Rick Mayes is Associate Professor of Public Policy at the University of Richmond. Catherine Bagwell is Associate Professor of Psychology at the University of Richmond. Jennifer Erkulwater is Associate Professor of Political Science at the University of Richmond.

Reviews

In this thoughtful and critical book, Mayes and colleagues provide answers where there is evidence for them and makes it clear why some questions cannot be answered with what we know today. Parents, teachers, and doctors will be the wiser for reading it. -- Leon Eisenberg, M.D., Harvard Medical School
Rick Mayes and colleagues have made a brilliant, scholarly, and unique contribution to the literature on ADHD. In a critical but balanced approach, the authors fill the gaps in understanding left by narrow and one-sided debates. A must-read for anyone interested in ADHD. -- C. Keith Conners, Ph.D., Duke University Medical Center
Without pulling any punches, the authors take on the many diverging opinions about attention deficits and hyperactivity in today's world, skillfully blending perspectives from science, clinical practice, and policy, helping readers sort out fact from fiction in the overly heated media coverage. Analyzing a real condition, but one steeped in the loaded crossfire between big pharma, media frenzy, biology vs. culture, and the very nature of childhood itself, Medicating Children is a beacon of reason. -- Stephen P. Hinshaw, Ph.D., University of California, Berkeley
At last, a balanced and comprehensive account of the history, science, treatment and controversy of ADHD. Medicating Children is scholarly but very readable. This unique book will be my first reading recommendation to anyone interested in ADHD. -- Judith L. Rapoport, M.D., Chief, Child Psychiatry Branch, NIMH
There are likely more journal articles and books on the topic of ADHD than there are children with the disorder, but this work indeed is a rare find. Thoughtful, comprehensive, and carefully referenced, this seminal work manages to weave an important tapestry of mental health services practice in this nation, public policy, and the unique challenges in providing mental health care to children and adolescents. -- Ronald T. Brown, Dean, Temple University Health Sciences Center
Start with one of the most intriguing socio-medical puzzles of our time: Why the explosion in prescription stimulants for children at a time when we're supposedly fighting a war on substance abuse? Add a hefty dose of intellectual curiosity and mix with three well-tempered analytical minds. Pour into elegant narrative prose. Voila! A broad-ranging, comprehensive, and wise interpretation of mental health, politics, policy, and scientific culture. And like all good works of art, this one reveals the world in a grain of sand. -- Deborah Stone, author of The Samaritan's Dilemma: Should Government Help Your Neighbor?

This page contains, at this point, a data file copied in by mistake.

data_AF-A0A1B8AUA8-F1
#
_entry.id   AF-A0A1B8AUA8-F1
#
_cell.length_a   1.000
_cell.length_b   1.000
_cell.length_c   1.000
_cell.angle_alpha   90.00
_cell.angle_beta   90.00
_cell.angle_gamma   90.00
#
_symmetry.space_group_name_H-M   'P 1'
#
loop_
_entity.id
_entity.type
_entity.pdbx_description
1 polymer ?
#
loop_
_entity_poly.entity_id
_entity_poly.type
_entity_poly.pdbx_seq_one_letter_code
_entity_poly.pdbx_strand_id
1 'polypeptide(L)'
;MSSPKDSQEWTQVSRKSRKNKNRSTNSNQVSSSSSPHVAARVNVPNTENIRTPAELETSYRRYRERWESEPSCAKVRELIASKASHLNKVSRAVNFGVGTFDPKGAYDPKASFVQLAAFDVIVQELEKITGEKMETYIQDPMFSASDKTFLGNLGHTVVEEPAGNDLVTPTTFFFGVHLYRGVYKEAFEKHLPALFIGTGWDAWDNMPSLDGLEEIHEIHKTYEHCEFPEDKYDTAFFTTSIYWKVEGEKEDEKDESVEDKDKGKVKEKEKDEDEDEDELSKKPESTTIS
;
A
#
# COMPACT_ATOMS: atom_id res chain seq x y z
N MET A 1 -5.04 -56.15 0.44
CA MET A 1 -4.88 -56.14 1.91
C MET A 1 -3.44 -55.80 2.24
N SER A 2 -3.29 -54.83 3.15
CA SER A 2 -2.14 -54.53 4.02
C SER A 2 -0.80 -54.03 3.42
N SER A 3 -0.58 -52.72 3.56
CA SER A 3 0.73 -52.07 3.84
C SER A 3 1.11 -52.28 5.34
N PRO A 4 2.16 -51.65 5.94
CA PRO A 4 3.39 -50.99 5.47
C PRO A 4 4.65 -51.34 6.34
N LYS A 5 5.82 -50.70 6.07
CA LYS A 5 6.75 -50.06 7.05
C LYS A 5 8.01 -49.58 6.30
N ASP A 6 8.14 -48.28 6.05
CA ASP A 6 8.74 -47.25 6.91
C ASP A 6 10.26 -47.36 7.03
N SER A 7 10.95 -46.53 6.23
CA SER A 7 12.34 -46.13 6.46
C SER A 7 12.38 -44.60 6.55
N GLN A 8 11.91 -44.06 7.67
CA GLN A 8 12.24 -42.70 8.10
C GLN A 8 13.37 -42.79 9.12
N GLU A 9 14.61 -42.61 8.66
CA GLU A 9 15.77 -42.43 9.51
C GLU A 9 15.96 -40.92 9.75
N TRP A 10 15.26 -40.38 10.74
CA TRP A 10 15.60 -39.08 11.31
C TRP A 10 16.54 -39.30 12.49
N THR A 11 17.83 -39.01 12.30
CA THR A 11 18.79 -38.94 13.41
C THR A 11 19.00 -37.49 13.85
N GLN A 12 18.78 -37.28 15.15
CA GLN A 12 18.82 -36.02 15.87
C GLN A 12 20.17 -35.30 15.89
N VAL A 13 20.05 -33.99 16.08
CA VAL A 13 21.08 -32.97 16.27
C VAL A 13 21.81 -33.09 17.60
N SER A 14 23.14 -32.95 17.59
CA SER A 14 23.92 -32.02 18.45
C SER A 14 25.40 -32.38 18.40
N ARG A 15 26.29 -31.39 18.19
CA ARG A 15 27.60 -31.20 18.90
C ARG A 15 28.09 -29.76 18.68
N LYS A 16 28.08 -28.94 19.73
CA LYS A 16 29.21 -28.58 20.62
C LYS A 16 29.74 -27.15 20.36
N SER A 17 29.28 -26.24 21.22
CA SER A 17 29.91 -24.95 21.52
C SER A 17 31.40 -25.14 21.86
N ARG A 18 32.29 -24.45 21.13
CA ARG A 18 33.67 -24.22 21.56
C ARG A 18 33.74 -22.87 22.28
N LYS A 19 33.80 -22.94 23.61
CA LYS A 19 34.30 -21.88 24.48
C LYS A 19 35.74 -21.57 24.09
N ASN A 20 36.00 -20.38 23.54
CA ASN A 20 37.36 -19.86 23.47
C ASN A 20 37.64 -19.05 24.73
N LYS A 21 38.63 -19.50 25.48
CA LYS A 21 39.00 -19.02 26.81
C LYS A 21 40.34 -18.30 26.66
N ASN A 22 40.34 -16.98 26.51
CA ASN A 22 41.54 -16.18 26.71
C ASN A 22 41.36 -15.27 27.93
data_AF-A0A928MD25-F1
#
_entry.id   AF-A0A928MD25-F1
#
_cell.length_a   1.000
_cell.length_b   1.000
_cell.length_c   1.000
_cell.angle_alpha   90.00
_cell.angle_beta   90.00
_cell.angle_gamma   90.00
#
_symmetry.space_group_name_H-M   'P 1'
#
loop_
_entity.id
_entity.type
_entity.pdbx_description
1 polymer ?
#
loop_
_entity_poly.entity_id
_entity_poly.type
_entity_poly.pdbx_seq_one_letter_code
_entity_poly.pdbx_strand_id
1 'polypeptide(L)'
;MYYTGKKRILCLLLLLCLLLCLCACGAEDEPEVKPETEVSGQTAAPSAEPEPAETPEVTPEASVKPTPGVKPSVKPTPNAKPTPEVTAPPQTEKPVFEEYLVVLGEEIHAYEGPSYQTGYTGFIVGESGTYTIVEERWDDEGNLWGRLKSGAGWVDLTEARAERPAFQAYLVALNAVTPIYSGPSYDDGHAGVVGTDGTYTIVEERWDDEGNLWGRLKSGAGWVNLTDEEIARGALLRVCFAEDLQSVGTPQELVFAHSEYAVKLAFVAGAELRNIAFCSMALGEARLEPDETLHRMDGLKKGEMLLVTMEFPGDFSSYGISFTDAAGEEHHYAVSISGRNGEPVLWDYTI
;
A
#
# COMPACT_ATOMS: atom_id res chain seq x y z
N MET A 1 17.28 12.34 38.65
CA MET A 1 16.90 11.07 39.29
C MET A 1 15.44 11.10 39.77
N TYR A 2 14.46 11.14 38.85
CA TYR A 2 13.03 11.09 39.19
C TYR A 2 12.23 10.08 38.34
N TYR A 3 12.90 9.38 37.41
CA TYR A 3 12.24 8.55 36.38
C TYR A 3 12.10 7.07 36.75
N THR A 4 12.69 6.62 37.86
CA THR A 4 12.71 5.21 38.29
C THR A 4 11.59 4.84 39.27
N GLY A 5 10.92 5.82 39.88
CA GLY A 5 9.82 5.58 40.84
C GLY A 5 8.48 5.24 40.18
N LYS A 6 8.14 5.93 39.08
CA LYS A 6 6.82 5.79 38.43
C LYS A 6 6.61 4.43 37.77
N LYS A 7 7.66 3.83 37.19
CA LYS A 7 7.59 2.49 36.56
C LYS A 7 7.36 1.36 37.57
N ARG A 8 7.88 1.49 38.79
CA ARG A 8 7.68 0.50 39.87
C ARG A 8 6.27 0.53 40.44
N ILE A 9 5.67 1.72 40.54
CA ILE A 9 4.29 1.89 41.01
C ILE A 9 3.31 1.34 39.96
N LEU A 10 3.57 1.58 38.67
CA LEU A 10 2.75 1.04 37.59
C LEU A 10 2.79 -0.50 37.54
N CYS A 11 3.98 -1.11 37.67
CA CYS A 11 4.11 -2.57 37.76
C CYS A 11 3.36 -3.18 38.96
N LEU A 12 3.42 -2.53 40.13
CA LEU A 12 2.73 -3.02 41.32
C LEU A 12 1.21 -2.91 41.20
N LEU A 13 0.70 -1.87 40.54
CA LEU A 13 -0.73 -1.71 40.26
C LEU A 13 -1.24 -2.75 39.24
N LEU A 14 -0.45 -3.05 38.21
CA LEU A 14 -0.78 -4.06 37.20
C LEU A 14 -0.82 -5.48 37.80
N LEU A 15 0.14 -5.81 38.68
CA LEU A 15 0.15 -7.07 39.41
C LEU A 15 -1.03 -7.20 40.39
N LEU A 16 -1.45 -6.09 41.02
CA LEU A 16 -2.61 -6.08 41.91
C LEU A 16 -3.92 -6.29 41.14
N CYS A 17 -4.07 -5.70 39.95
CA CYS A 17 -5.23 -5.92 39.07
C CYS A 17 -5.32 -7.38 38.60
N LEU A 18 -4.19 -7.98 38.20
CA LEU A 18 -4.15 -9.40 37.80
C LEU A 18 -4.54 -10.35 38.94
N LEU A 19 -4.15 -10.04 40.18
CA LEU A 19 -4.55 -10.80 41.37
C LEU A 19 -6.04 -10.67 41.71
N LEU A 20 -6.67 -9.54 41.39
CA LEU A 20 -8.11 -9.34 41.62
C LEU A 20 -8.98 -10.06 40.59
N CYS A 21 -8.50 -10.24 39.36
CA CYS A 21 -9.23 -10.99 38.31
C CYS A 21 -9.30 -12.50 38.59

Medicating Children is superb, a tour de force. If you want the most balanced, informed, and sane view on the use of medication in children who have ADHD, read this book. -- Edward Hallowell, M.D., author of Delivered from Distraction and Driven to Distraction
Mayes, Bagwell and Erkulwater have both written a brilliant book and performed a great public service. Medicating Children should be required reading for anyone wishing to understand the complex and complicating legal, medical, historical, economic, and political frameworks of attention deficit disorder in the United States. This measured, thoughtful, and elegantly written volume is a scholarly tour de force. -- Howard Markel, M.D., Ph.D., Director of the Center for the History of Medicine and Professor of Pediatrics and Communicable Diseases, University of Michigan
With clarity and compassionate insight, this remarkable book explains why ADHD becomes the most commonly diagnosed psychological disorder in children, and how millions of children came to be treated with stimulants. But Medicating Children does something more: It brilliantly describes a paradigm shift in thinking about mental disorders-from a psychodynamic to a biological view-and details the converging factors-including shifts in disability law, welfare policy, and research funding-that opened the door to the greatly expanded use of psychotropic drugs to treat not only ADHD, but childhood depression and other mental disorders in the young as well. -- Steven Mintz, Columbia University, author of Huck's Raft: A History of American Childhood
This book reminds us that a vast array of social and political factors will affect decisions regarding the medicating of children. Medications might be approved by the FDA, but many years of public debate will probably be required before the use of these medications is considered acceptable. -- Joseph J. Jankowski * New England Journal of Medicine *